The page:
Where does your child live following a divorce?

Where does your child live following a divorce?

When parents divorce, there are several factors that need to be taken into consideration. Although child custody is a commonly used term it is no longer used by legal practitioners and the courts, child custody is now legally referred to Child Arrangements. Determining what kind of child arrangements are in a child’s best interests is among the most crucial factor for couples considering getting a divorce.

There is no automatic ruling which determines where and with whom a child or children should reside. The decision is always based on individual circumstances what the court deems is in the best interests of the children. Factors that may be taken into consideration include:

● Who has had the primary responsibility for the child involved to date?
● Which parent can spend the most time with the child?
● The child’s emotional wellbeing
● Each parent’s ability to care for the child

Another primary focus of the family courts is making sure the child/ren have a good relationship with both parents. A Child Arrangements Order, which will consider all factors to determine the best solution for the child/ren involved, may be made by the court if the parents are unable to agree on issues such as where the child lives and how much time the child will spend with each parent.

What are your child arrangements rights?

Where a parent has parental responsibility, they have a right to be involved in any decision that affects their child’s lives. This includes where they live and spend their time. Both parents are important, and where possible, a court will always work towards an agreement where the child gets to see both parents unless there is a risk they will be harmed. If your child does not live with you, you have the right to know where they live and which school they attend along with other important information relating to your child.

Where both parents have parental responsibility, neither the mother nor the father have the exclusive right to have the child live with them.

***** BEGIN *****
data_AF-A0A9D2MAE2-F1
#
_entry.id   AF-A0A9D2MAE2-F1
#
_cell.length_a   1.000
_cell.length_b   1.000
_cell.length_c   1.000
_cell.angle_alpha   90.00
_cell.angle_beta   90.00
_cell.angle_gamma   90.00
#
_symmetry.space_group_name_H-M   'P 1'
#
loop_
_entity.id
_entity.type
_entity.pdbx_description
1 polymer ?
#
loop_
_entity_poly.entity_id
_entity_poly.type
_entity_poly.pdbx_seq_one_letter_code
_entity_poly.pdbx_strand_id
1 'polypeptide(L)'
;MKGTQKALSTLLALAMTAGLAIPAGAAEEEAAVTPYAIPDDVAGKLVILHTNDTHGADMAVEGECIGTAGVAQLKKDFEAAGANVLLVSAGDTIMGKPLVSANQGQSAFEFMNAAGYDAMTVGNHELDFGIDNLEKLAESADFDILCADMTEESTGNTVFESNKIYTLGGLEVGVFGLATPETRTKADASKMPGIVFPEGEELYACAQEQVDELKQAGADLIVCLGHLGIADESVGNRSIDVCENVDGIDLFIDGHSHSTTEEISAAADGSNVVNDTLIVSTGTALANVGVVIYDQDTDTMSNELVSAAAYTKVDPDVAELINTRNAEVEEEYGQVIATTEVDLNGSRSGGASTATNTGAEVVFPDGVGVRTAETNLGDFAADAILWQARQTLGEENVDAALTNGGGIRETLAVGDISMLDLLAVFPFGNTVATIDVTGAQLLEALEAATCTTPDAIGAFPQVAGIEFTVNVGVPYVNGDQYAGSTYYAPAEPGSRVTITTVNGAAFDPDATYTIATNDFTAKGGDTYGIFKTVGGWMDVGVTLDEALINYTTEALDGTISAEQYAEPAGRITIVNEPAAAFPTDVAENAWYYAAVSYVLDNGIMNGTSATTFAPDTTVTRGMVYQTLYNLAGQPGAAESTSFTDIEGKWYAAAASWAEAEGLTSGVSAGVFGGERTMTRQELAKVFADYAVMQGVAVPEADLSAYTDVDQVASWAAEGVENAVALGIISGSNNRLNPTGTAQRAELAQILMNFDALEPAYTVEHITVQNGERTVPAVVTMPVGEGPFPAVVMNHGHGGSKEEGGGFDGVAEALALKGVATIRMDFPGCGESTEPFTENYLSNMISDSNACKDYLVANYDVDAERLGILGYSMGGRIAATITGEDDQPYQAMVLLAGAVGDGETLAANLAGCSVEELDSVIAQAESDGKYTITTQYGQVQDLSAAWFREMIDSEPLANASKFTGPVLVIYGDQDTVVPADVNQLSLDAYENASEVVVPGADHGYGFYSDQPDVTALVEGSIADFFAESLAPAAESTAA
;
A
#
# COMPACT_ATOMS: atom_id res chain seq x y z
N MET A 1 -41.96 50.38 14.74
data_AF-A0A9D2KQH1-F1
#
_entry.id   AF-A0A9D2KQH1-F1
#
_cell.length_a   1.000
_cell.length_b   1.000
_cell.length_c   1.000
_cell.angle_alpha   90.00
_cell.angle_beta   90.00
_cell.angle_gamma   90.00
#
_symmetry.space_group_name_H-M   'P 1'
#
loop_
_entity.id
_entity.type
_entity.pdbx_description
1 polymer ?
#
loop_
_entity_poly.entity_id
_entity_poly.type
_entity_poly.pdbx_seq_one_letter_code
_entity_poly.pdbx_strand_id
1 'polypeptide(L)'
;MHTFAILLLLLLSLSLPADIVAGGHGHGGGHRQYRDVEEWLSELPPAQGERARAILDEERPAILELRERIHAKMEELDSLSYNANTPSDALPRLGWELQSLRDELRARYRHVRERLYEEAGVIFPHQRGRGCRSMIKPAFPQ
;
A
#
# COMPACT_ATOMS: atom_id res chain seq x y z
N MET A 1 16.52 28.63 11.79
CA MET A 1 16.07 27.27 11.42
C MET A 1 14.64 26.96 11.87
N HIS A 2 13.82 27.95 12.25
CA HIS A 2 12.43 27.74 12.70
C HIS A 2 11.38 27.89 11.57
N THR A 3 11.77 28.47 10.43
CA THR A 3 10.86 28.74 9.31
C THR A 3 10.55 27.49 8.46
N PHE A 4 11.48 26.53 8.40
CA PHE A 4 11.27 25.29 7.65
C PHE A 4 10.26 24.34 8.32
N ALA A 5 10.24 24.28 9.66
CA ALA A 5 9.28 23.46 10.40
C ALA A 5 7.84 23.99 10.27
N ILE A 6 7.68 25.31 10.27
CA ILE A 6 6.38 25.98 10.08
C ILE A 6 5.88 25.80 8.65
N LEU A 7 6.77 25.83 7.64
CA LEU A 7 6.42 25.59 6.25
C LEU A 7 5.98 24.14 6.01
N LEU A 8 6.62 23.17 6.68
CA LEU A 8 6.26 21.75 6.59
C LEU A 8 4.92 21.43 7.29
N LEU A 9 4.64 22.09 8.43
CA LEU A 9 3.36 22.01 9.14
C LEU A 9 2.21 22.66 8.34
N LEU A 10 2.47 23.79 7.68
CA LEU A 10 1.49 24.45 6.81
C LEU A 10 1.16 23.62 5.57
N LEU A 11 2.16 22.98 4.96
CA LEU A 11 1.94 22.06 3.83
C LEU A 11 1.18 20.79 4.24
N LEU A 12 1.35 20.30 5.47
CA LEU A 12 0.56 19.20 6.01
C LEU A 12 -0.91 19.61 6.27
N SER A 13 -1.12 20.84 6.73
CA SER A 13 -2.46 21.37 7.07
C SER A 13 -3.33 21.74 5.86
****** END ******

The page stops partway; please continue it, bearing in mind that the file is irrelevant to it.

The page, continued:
How to improve your chances of the court ordering for your child to live with you

Whilst any child arrangements decisions should ideally be jointly made by both parents, sometimes that just isn’t possible and in these cases a judge will need to make the decision. Below are some suggestions for a parent that a court would likely consider to be in the best interests of the child:

● Be honest about how much time you have to commit to caring for your child. If you work full time or have other carer responsibilities, consider if you really can take over the child’s primary care and if that’s in their best interests.
● Be involved in your child’s life. If your child isn’t currently living with you, make an effort to video call them and see them frequently. In addition, attend social and educational events such as birthday celebrations, festivities, and parent evenings. These are all signs of a meaningful relationship with your child.
● Be able to meet their physical needs, such as having enough space in a home and keeping that home tidy and free from hazards.
● Treat the other parent with respect. If you are rude or disrespectful, especially in front of your child, this will reflect poorly.
● Try and consider the best level of contact that the other parent should have. This needs to be at a level which would allow the child to maintain a good relationship and benefit from still having both parents in their lives.
● Respect your child’s feelings, show that you understand their wishes.
● Have a plan, so if asked by the courts, you can advise where your child will live, what school they will attend etc.

How much does it cost to go to court for child arrangements?

This is a common question. However, we like to make sure we have explored every other available option before taking your case to court. We will never advise you to go court if we feel it isn’t necessary to reach a resolution.

If it is decided that the best option is to go to court, you will need to apply for a child arrangements order from the court. This costs £232. In addition, there will be other associated legal fees, and these will vary depending on your circumstances and the complexity of the case.

You can book a free, confidential consultation with National Legal Service’s experienced family solicitors to discuss your circumstances and find out how we can help if you are divorcing and require expert legal support to reach an agreement with your former partner.

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Anyone who holds parental responsibility and is concerned about the actions of the child’s other parent or guardian may consider taking out a Prohibited Steps Order.
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